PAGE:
Harold Bloom 1930–
American critic, editor, and novelist.
The following entry presents criticism of Bloom's work through 1995. For further information on his life and career, see CLC, Volume 24.
As important to literary criticism as he is controversial, Harold Bloom has been a major contributor to academic scholarship for over thirty-five years. His work has been influenced by a wide variety of sources, ranging from Freud and Nietzsche to Gnosticism and Judaism. Most of Bloom's books are concerned with the development of his theory of poetics, which centers on the notion that poets engage in a constant struggle with their literary forebears. This "anxiety of influence," as Bloom has termed it, has been alternately referred to as "genius" and "idiosyncratic" by his scholarly peers. Denis Donoghue, who holds the Henry James Chair of English and American Letters at New York University, frequently reviews Bloom's books and has ambivalent feelings regarding his work, saying in one review that he finds Bloom "quite wondrous, even when I don't believe him."
Harold Bloom was born in New York City in 1930 to William and Paula Lev Bloom. Even at an early age, Bloom was a voracious reader; it has been said that he read English before he spoke it. He lived in New York City until he entered Cornell University, where he earned his B.A. in 1951. In 1955, he earned his Ph.D. from Yale University and has been a member of the faculty since that time. In 1958, Bloom married Jeanne Gould, with whom he has two sons, Daniel and David. His first book, Shelley's Mythmaking (1959), began as his Ph.D. dissertation and was awarded Yale's John Addison Porter Prize in 1956, the first of many awards. Bloom has been awarded a Guggenheim Fellowship (1962–1963), a Morton Dauwen Zabel Award from the National Institute and American Academy of Arts and Letters (1981), and the 1985 MacArthur Foundation Award. While Bloom has written on a variety of literary topics, it was with the publication of The Anxiety of Influence: A Theory of Poetry (1973) that he first brought widespread attention to his work. Bloom was a distinguished literary critic before the publication of this book, but as Helen Requeiro Elam wrote in Dictionary of Literary Biography, "it has been impossible to discuss theories of in-fluence without reference to Bloom" since its appearance on the critical scene. Most of Bloom's writings following The Anxiety of Influence have either extended or revised his ideas. His most recent work, The Western Canon (1994), is a departure from his theory of poetics, but has produced just as much critical debate as any of his prior writings. Bloom is currently the Sterling Professor of the Humanities at Yale University.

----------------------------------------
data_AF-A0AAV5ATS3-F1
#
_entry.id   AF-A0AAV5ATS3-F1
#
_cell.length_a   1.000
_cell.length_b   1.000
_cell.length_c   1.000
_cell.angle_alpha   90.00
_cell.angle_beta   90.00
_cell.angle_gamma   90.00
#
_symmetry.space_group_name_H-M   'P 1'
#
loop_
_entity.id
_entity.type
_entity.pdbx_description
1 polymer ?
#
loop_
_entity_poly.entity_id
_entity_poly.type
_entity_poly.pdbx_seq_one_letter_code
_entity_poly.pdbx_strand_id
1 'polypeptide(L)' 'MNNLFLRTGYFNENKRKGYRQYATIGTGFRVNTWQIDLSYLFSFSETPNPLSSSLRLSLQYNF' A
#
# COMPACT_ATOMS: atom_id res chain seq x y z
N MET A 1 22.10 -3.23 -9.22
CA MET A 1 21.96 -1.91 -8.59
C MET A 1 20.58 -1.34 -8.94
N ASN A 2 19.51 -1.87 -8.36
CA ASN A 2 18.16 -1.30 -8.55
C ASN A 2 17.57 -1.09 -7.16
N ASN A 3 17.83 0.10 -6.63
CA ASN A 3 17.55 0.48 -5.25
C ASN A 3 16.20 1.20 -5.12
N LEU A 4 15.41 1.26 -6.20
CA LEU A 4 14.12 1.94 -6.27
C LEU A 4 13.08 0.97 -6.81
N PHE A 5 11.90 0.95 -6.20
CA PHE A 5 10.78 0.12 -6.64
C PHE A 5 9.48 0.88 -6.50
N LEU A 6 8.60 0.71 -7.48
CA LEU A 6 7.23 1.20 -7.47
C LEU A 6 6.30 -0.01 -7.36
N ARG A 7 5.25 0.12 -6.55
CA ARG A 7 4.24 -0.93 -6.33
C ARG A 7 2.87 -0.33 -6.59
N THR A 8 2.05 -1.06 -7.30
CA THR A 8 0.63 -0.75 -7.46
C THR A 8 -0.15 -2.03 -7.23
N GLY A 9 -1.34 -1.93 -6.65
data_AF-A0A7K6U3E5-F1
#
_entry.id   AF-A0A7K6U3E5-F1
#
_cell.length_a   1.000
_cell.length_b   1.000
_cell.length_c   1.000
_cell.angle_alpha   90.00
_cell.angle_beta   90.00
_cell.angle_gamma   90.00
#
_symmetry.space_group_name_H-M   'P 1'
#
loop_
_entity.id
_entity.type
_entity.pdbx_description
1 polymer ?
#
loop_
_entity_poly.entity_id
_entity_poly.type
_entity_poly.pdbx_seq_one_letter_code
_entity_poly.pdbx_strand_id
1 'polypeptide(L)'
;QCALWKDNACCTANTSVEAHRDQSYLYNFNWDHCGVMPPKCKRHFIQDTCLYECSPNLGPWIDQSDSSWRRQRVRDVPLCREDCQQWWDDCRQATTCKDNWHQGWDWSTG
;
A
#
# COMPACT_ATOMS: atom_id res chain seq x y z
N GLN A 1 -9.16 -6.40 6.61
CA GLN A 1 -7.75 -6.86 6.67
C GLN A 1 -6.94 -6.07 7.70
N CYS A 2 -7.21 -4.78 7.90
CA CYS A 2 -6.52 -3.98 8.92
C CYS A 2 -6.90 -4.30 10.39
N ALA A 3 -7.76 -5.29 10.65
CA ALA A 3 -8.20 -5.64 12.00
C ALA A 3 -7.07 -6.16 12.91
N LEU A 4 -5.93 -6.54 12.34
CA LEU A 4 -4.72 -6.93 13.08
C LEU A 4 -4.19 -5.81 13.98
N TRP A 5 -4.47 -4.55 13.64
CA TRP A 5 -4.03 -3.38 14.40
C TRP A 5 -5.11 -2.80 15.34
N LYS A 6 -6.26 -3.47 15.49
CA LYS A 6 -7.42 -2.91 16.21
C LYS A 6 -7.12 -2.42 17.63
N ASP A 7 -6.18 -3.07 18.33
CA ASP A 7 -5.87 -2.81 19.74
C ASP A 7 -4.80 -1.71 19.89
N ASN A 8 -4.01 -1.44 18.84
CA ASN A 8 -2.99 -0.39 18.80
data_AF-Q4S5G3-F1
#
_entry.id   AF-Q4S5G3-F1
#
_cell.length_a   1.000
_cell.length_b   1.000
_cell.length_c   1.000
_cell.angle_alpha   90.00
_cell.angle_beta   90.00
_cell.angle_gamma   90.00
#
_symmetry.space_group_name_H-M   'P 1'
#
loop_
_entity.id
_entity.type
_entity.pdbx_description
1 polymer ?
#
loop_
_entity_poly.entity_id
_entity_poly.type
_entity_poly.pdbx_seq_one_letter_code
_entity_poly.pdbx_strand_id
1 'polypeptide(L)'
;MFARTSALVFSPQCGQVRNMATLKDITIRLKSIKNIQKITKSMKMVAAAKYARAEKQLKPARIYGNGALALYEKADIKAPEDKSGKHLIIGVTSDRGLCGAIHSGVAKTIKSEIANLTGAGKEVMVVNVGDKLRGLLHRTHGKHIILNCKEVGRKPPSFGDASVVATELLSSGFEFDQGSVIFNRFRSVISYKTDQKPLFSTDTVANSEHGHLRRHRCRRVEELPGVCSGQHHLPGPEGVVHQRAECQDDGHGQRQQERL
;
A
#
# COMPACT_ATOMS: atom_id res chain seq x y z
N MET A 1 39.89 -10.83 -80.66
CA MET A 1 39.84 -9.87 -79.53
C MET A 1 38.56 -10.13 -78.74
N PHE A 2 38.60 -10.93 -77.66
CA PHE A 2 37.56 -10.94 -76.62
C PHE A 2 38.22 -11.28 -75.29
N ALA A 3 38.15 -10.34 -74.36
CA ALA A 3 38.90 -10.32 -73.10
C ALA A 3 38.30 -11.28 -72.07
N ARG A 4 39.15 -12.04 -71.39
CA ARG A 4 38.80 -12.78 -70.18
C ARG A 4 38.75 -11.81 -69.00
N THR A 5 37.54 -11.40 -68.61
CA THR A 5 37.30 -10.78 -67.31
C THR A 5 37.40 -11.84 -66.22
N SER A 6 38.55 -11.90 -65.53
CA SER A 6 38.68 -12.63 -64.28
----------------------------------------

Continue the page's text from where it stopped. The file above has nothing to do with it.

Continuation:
At the center of Bloom's "anxiety of influence," the focus of his theory of poetics, is the notion that modern writers (poets, in particular) wrestle with the writers of the past in an effort to create something new and original. Since the Enlightenment, Bloom contends, writers have suffered from a feeling of "belatedness." As Denis Donoghue writes: "Born too late, they find everything already said and done; they cannot be first, priority has by definition, and the indifference of fate, escaped them." The weak writer fails to find his own voice while the strong writer challenges his precursor, willfully "misreading" him so as to clear a space for himself. In books such as A Map of Misreading (1975), Kabbalah and Criticism (1975), Poetry and Repression: Revisionism from Blake to Stevens (1976), and Agon: Towards a Theory of Revisionism (1982), Bloom further refines his theoretical approach, utilizing psychoanalysis (Freud), philosophy (Nietzsche and Vico), and Jewish theology (Gnosis and Kabbalah) to create an intricate theory of poetics that continues to spur critical debate.
Not unlike Jacques Derrida and Michel Foucault, Harold Bloom is a literary critic who, as a writer, has received a great deal of critical attention of his own. His work is reviewed widely, attacked critically, and often praised. Many critics have lauded his daring, "antithetical" approach, while others have called him "willfully offensive to the profession." Bloom's reply to these praises and criticisms is, as Alvin Rosenfeld states, "perhaps the most outrageous thing of all: he writes another book." Rosenfeld goes on to refer to Bloom's work as a "theory in progress," noting that as new volumes appear, new influences are brought to bear on his ideas, such as with A Map of Misreading, in which Bloom turns to Lurianic Kabbalism (a form of Jewish mysticism) as "the ultimate model for Western revisionism from the Renaissance to the present." In addition to the books devoted to his theoretical model, Bloom has written on a variety of other topics, including works devoted to Wallace Stevens and William Butler Yeats.